MasterCard Asia has filed a patent for a device billing system that aims to help shared device users and merchants avoid fees associated with legacy payment systems of Maker spaces. The patent file specifically mentions compatibility with Iota’s (MIOTA) Tangle distributed network.
MasterCard Asia, the payment giant’s Singapore-based subsidiary recently filed a patent with the US Patent Office for a payment system for shared hardware devices that aims to eliminate fees particularly between merchants.
As outlined by the patent published on Aug 20, the billing system is a proposal for a pay-as-you-go system based on the Tangle network. Citing copiers and 3D printers as examples—the paten outlines that using the system merchants and users only have to provide their credentials to access a hardware device and through transparent “data storage and aggregation” the user is billed only for what they have used.
The patent states that legacy systems and traditional payment methods often leave users of “maker spaces”—businesses that operate by making uncommon or expensive hardware available—being forced to pay a flat membership fee despite their intended use. Additionally, typical forms of pay-per-use schemes often only accept “physical currency to operate” and pre-paid services also lock users into standard amounts that they may not necessarily need.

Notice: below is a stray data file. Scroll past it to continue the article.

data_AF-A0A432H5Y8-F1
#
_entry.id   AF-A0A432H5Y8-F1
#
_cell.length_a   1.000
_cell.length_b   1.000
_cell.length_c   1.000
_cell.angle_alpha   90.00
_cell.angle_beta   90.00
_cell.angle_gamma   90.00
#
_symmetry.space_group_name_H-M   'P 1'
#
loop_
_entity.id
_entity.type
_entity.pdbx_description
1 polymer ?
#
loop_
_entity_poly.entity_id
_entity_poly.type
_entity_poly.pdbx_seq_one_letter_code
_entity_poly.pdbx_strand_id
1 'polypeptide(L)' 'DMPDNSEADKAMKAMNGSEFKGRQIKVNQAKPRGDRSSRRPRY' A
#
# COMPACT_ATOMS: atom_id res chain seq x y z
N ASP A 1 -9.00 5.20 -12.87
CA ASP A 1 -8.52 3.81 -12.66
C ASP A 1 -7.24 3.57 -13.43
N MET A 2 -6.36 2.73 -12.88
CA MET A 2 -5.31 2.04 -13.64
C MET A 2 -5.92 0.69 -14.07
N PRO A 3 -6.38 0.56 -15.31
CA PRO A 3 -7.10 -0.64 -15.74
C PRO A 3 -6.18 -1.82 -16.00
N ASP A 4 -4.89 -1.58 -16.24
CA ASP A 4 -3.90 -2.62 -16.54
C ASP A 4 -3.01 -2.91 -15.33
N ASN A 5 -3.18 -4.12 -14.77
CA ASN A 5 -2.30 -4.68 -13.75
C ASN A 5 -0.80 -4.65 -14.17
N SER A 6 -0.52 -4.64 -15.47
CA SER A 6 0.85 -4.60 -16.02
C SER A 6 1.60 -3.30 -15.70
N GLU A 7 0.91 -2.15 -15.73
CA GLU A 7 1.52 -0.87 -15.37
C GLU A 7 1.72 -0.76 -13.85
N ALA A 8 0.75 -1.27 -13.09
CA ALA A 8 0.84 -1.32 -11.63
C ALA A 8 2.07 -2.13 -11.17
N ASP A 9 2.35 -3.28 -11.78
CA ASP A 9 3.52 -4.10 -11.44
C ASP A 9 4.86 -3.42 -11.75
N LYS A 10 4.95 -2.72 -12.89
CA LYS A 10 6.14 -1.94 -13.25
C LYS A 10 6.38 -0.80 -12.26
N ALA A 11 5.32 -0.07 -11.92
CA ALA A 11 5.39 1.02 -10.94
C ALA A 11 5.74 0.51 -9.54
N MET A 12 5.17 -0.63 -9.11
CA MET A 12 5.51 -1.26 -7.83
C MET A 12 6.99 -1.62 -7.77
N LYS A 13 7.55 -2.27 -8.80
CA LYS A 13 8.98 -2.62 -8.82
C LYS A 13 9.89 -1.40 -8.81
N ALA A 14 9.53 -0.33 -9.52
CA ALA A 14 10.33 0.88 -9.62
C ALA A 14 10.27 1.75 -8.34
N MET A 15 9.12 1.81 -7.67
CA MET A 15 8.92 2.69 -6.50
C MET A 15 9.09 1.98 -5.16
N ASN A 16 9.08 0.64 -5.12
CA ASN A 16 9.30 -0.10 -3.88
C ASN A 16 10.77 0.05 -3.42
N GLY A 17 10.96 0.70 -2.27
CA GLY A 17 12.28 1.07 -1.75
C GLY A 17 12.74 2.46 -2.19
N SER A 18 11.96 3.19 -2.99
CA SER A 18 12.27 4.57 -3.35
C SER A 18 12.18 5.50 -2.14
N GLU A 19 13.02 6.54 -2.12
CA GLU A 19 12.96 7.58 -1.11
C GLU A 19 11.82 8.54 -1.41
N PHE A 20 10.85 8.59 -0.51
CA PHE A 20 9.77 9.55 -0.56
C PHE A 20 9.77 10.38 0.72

MasterCard’s proposed billing system concept would create a higher degree of transparency and trust, as well as the ability to monitor usage in real-time while eliminating associated extra fees of credit cards and traditional payment systems.
According to the patent, the proposed data storage systems are compatible with the Tangle network but could be used by a generic blockchain—the filing makes no direct mention of Iota network or, Miota token. However, as the transactions are recorded on distributed ledger technology (DLT) it is likely that some cryptocurrency or tokens will be leveraged.
MasterCard’s Crypto Mission
Mastercard has committed to applying its innovation, experience, and scale to emerging cryptocurrency and digital currency partners, building global ecosystems to modernize payments and transform the way people and businesses transact.
As reported by Blockchain.News in July, MasterCard recently granted Wirex a principal licensing membership, making it the first native cryptocurrency platform to allowed to directly issue payment cards.
According to recent research from Statista, consumer interest and investment in digital currencies are growing, with data showing that up to 20 percent of the population of some countries are holding cryptocurrencies, and an increasing number of merchants, digital players, and financial institutions are exploring crypto payments.
“The cryptocurrency market continues to mature, and Mastercard is driving it forward, creating safe and secure experiences from consumers and businesses in today’s digital economy,” said Raj Dhamodharan, Executive Vice President, Digital Assets and Blockchain Partnerships, Mastercard. “Our work with Wirex and the wider crypto ecosystem is accelerating innovation and empowering consumers with more choice in the way they pay.”
Image source: Shutterstock